I’ll skip to the other non-sports thing we did on this trip—our visit to the Church by the Sea on Saturday morning. While it’s not technically by the sea these days, it was when it was built in 1944. We got a nice history lesson from Jazz, the guy who takes care of the building and grounds for the church. He was happy to talk to us for a few minutes when he saw us pull into the parking lot; I thought perhaps he was concerned we were going to vandalize the place, but he was pretty chill. An ex-truck driver in a sleeveless shirt and a
rocking silver mustache, he was thrilled to talk about the renovations and recent flooding that they had experience with the hurricane. And it’s a non-denominational church, so they welcome all kinds.
The main draw of the church for non-members, though, is its appearance—Jazz told us it was known as the “Chicken Church” because the bell tower looked like a chicken’s face when viewed from any corner. And it’s true. So we took pictures of it and with it, and I got a picture of their cool crucifix on the side of the building—it’s got Jesus, of course, but he’s opening his hand downward as a white dove emanates from that hand. Nice metaphor. Part 3: The Trop
The main reason you’re reading this is for the baseball experiences, right? If not, then you can stop reading any time.
I had been really excited to attend at game at Tropicana Field, known as “The Trop” and home to the Tampa Bay Rays baseball team. Despite being the second-closest MLB stadium to where I grew up, I had never made the journey. So when my Blue Jays went there during my summer of following that team around the
nation, I knew it would need to make the list. To say I was disappointed with the experience would be an understatement.
We went to a game on Friday night and another on Saturday afternoon. They were two very different environments, but neither one lived up to my expectations. And just so you don’t think I’m all negative, I’ll list the positives about my time there first:
• You can pet actual hognose rays in the tank in right field! They’re really slippery on the wings, which is the only place you’re supposed to touch them. The line to enter the petting area was a bit long on Friday night, but on Saturday afternoon, I only stood in line about 10 minutes.
• There’s a dome! On Friday night, this was great for beating the heat (mid-90s F). On Saturday, thunder and rain during the second half of the game made for a captivating auditory experience. The dome also meant we weren’t drenched. From the outside, the dome is at an odd angle, not simply level with the ground but tilted upward, with the highest point being just behind home plate. So internally, the ceiling slants downward toward the
• The concession area along the outfield concourse is legit. It’s clear that this is a newer part of the stadium, and they have a wide variety of options, not just the typical ballpark fare. And they have an area devoted to sitting or standing while you eat, so you don’t necessarily have to go back to your seats to enjoy your food.
• Despite being named for Tropicana, which is owned by Pepsi, all the drinks are Coke products. That’s always a welcome relief.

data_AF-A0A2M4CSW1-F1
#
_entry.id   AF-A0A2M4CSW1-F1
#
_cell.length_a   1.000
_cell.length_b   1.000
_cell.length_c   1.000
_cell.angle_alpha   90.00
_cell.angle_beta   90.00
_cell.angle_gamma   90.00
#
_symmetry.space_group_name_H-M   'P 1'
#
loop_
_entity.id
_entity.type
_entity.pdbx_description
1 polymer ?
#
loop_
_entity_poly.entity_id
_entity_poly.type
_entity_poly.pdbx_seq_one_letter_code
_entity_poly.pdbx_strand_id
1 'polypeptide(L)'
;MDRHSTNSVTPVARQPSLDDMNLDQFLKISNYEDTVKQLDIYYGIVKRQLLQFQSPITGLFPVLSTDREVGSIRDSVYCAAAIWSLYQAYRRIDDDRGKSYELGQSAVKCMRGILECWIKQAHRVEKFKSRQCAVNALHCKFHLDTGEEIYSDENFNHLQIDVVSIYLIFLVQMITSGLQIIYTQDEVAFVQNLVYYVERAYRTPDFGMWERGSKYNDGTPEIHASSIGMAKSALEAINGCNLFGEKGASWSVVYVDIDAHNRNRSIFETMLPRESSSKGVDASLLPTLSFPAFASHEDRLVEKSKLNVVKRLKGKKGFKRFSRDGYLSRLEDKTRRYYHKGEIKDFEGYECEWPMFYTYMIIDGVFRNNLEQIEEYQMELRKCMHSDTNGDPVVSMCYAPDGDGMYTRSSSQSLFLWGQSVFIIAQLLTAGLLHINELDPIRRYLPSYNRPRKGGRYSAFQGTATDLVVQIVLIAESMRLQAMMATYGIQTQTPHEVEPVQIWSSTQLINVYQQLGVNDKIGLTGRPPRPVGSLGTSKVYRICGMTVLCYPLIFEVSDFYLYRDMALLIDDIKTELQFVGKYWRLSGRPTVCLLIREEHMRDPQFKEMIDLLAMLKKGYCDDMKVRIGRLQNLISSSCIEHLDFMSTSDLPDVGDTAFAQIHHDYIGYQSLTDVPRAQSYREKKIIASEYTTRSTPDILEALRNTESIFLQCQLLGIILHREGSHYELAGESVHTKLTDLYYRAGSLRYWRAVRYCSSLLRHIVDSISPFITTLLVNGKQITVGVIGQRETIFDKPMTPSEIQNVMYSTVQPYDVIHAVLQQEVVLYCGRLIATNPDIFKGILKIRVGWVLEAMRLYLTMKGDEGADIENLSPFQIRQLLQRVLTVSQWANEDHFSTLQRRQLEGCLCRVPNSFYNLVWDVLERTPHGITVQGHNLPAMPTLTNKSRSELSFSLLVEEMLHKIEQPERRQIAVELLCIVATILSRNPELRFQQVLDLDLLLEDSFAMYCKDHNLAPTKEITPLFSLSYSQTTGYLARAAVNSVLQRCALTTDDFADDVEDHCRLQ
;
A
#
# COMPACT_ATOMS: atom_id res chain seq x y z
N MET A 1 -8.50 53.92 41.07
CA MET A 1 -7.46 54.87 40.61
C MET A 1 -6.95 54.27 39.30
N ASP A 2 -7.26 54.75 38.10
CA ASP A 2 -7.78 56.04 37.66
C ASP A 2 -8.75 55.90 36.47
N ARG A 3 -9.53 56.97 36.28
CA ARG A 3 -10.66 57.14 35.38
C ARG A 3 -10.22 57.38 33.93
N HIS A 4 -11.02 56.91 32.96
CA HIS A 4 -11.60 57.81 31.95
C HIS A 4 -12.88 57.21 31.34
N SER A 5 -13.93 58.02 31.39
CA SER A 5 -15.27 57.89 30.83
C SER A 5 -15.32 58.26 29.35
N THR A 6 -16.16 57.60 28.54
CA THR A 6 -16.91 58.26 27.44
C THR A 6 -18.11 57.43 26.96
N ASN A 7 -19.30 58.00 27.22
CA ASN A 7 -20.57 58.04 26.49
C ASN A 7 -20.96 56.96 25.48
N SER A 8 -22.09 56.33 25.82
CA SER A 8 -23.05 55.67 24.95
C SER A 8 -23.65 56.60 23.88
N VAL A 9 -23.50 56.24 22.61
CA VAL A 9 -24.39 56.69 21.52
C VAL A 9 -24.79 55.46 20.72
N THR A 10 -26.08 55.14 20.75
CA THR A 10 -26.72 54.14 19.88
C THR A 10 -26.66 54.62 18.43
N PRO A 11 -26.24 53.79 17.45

• The employees were VERY friendly and helpful. Even when dad would joke with them about needing a wheelchair or some kind of assistance, they would take his teasing at face value and jump in to help with whatever he was requesting.
So what was wrong with the venue? Glad you asked:
• The place looks like it hasn’t had a good makeover since it was constructed, in 1990. The interior just looks dull and uninspiring. Thankfully, the air conditioning helps with the ambience, or I don’t think anyone would attend.
• There are not a lot of people at the games. One of the attendants told us she wouldn’t expect more than 7000
people or so, even though it holds over 40000. They’ve dropped all the Covid limitations, so all seats are available. I checked the stats afterward, and for both games, they had around 10000 people. That’s still less than 25 percent. Lots of empty seats.
• Despite the employees along the concourse being helpful, the ones at the main Guest Services desk were not. They had 4 people working, and when dad and I approached them at the same time as a young girl and her family who wanted them to stamp her “baseball passport” book, all the employees busied themselves trying to find the stamper and whatnot. All of them. We waited patiently for several minutes; all we wanted were the little “first game” certificates that you can get at all the MLB ballparks (except Miami, for some reason). When it was clear that all their efforts were being devoted to this one girl (and as the line of families forming behind her started to grow), I just took two of the certificates from behind the plastic barrier, along with a blue sharpie next to them, and filled them out myself. No one tried to stop me, and probably no one
even noticed because all hands were on deck for that one girl and her passport stamp. Sheesh.
• Those damn cowbells. You can fit them around one finger. I have no idea why this team decided to go with the cowbells, and I don’t care. Maybe the enclosed space within the dome amplifies the crowd noise from such a small number of fans?